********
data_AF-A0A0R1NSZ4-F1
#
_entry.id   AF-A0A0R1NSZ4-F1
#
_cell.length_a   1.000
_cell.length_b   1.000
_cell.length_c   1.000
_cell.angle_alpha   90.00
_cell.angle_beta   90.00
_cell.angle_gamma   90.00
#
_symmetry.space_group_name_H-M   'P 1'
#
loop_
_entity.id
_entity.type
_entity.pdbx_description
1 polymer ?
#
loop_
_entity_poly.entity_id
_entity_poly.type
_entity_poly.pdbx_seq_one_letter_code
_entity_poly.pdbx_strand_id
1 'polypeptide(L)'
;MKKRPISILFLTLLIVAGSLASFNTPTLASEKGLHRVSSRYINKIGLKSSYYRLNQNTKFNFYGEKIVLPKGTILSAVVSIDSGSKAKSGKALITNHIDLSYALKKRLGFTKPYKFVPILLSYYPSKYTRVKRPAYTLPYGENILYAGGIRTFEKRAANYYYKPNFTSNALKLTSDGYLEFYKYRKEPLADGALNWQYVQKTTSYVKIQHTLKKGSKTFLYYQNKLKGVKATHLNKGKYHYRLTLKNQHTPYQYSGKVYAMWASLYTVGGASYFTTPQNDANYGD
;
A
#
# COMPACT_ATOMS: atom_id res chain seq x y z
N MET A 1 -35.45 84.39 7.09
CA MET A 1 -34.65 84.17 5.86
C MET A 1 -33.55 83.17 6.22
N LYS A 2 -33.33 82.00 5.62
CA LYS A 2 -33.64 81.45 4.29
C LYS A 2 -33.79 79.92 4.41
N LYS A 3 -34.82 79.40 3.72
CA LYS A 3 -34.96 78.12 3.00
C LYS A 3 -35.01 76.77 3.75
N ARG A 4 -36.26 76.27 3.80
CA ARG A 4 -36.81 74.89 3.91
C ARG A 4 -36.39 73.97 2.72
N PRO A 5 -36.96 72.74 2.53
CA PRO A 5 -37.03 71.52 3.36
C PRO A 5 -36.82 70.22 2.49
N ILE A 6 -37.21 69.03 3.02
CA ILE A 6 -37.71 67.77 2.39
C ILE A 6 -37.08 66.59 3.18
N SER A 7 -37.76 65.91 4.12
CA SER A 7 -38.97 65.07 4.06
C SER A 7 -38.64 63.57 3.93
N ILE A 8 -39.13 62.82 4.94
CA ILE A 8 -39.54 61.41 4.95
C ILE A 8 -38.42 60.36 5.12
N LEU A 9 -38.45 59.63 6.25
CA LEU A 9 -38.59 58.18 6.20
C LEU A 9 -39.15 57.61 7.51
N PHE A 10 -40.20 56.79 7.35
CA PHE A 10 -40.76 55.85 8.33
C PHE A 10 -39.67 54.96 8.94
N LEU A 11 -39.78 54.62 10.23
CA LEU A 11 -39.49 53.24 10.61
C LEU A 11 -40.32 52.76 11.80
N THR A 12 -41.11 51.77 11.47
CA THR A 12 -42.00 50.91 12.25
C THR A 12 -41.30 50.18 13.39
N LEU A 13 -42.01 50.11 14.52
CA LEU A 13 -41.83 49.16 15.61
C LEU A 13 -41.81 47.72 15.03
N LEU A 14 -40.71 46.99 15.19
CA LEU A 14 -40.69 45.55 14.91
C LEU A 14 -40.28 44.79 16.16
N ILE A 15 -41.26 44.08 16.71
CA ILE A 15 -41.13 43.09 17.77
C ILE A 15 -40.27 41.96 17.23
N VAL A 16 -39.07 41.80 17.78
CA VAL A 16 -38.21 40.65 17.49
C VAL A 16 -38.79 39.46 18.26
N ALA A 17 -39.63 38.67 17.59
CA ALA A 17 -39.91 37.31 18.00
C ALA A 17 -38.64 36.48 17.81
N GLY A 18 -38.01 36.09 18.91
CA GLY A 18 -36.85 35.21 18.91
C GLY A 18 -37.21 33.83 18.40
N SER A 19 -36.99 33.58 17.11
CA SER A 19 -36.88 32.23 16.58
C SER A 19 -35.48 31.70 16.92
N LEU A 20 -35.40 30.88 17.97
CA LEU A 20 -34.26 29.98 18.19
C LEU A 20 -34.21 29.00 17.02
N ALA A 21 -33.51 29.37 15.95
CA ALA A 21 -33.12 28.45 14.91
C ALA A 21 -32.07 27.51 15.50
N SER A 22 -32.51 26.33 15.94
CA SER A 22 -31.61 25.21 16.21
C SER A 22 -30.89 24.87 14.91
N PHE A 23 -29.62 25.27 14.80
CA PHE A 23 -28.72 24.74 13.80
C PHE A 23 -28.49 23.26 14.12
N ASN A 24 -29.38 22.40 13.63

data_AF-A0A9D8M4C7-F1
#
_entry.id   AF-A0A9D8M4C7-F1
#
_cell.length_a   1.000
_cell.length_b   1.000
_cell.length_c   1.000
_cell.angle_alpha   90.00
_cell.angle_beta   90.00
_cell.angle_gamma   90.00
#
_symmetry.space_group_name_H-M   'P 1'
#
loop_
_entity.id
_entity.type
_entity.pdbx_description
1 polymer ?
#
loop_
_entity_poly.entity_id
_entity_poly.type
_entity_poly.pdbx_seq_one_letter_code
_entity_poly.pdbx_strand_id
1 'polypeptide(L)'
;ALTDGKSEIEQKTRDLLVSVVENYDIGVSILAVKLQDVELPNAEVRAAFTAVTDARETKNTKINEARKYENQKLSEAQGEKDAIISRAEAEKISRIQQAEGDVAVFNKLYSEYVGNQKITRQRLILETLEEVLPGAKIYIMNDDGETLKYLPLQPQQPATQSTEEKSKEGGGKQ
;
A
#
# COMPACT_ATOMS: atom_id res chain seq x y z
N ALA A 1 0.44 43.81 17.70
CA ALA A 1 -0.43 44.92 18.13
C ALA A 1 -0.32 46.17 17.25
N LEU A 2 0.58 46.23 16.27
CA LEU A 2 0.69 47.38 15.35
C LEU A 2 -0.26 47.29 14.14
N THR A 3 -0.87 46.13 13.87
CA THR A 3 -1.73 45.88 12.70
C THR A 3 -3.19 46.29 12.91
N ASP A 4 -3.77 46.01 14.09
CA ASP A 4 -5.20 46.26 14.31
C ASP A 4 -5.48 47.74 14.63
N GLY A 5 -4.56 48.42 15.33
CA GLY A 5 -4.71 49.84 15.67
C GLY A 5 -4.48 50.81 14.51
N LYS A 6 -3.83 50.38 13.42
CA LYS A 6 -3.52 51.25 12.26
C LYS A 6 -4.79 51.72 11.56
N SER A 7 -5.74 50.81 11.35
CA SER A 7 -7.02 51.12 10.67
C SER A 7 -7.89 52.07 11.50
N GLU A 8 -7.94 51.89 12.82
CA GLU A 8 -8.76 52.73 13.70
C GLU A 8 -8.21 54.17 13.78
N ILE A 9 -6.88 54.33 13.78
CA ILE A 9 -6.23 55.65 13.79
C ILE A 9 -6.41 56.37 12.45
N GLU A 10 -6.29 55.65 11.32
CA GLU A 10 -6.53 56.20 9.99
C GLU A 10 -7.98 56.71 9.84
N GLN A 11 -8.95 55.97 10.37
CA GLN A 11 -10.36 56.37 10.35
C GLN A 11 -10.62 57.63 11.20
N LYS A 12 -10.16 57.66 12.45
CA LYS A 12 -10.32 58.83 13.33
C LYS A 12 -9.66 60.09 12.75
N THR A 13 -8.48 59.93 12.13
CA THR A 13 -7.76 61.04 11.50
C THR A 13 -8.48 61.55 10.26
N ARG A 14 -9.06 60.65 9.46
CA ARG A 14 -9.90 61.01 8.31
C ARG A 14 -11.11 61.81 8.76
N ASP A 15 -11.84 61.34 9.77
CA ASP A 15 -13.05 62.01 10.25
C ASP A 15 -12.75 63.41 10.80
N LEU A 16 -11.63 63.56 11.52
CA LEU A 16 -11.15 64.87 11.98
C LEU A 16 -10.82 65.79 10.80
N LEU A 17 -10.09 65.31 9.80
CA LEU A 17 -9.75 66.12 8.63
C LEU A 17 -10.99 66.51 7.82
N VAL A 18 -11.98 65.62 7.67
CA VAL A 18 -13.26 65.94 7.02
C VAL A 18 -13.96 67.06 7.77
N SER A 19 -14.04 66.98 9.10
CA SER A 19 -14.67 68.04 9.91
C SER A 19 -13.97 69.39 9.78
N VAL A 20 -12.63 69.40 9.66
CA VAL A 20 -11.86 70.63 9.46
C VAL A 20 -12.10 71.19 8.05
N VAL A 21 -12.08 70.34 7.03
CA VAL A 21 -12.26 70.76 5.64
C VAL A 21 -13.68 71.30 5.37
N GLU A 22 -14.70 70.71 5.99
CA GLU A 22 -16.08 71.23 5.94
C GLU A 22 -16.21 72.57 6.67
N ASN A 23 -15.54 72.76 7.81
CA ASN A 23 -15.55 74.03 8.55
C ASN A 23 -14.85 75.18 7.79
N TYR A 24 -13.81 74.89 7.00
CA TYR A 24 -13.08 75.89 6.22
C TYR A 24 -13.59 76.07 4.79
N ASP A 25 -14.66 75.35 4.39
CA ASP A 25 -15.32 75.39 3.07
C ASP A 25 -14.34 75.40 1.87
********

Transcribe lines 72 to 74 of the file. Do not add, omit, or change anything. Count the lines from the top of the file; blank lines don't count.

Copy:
C LEU A 14 -40.28 44.79 16.16
N ILE A 15 -41.26 44.08 16.71
CA ILE A 15 -41.13 43.09 17.77